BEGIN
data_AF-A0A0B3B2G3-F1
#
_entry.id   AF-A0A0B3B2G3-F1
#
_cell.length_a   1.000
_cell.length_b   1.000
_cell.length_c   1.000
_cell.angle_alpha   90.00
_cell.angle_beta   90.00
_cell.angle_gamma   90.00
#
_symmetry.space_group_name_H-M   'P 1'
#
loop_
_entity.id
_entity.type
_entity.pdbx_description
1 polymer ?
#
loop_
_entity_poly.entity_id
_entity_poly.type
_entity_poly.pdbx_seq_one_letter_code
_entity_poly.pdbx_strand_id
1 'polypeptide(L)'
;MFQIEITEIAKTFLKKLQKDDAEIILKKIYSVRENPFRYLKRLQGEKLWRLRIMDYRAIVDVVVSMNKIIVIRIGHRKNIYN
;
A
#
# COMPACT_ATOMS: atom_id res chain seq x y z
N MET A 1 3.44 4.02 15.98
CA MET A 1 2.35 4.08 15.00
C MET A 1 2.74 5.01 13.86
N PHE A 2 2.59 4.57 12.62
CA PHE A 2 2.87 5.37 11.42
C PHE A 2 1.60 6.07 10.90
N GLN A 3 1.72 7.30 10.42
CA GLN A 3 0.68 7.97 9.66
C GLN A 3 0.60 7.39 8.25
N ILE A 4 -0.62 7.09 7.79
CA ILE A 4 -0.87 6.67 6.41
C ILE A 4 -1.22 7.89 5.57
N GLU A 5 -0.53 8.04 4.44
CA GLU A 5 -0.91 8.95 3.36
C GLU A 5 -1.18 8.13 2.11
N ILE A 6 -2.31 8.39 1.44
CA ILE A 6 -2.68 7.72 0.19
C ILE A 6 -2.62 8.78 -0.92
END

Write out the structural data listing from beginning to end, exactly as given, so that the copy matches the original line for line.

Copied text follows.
data_AF-A0A0B3B2G3-F1
#
_entry.id   AF-A0A0B3B2G3-F1
#
_cell.length_a   1.000
_cell.length_b   1.000
_cell.length_c   1.000
_cell.angle_alpha   90.00
_cell.angle_beta   90.00
_cell.angle_gamma   90.00
#
_symmetry.space_group_name_H-M   'P 1'
#
loop_
_entity.id
_entity.type
_entity.pdbx_description
1 polymer ?
#
loop_
_entity_poly.entity_id
_entity_poly.type
_entity_poly.pdbx_seq_one_letter_code
_entity_poly.pdbx_strand_id
1 'polypeptide(L)'
;MFQIEITEIAKTFLKKLQKDDAEIILKKIYSVRENPFRYLKRLQGEKLWRLRIMDYRAIVDVVVSMNKIIVIRIGHRKNIYN
;
A
#
# COMPACT_ATOMS: atom_id res chain seq x y z
N MET A 1 3.44 4.02 15.98
CA MET A 1 2.35 4.08 15.00
C MET A 1 2.74 5.01 13.86
N PHE A 2 2.59 4.57 12.62
CA PHE A 2 2.87 5.37 11.42
C PHE A 2 1.60 6.07 10.90
N GLN A 3 1.72 7.30 10.42
CA GLN A 3 0.68 7.97 9.66
C GLN A 3 0.60 7.39 8.25
N ILE A 4 -0.62 7.09 7.79
CA ILE A 4 -0.87 6.67 6.41
C ILE A 4 -1.22 7.89 5.57
N GLU A 5 -0.53 8.04 4.44
CA GLU A 5 -0.91 8.95 3.36
C GLU A 5 -1.18 8.13 2.11
N ILE A 6 -2.31 8.39 1.44
CA ILE A 6 -2.68 7.72 0.19
C ILE A 6 -2.62 8.78 -0.92